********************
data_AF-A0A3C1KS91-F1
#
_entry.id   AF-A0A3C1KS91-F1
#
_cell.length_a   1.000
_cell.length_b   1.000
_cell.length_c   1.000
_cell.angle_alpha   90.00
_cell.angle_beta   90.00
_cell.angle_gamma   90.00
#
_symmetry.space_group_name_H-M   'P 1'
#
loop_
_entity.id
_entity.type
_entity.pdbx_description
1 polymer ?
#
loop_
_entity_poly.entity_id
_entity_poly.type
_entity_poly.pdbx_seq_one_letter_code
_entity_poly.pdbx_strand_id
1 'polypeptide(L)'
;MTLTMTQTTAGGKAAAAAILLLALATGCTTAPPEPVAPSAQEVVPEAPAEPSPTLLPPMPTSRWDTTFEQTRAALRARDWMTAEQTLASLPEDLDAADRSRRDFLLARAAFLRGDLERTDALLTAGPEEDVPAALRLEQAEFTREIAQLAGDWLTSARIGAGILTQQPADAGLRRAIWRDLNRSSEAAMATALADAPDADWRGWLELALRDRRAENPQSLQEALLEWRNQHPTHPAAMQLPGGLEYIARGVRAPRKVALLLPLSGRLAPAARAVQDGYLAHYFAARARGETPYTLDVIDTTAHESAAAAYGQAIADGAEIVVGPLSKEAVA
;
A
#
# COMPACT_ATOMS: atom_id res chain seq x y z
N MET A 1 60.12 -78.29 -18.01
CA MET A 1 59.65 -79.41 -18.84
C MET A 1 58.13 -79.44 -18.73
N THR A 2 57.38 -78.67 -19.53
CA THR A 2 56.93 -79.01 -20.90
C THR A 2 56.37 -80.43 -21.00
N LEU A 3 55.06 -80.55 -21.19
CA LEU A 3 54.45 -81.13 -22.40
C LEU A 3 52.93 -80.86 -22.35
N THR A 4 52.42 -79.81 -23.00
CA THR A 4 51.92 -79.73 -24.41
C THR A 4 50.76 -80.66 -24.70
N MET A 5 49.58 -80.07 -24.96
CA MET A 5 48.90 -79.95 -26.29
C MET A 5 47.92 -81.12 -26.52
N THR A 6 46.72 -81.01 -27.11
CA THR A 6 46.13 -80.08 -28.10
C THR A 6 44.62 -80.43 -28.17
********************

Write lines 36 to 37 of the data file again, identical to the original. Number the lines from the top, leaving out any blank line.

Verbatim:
C THR A 2 56.37 -80.43 -21.00
N LEU A 3 55.06 -80.55 -21.19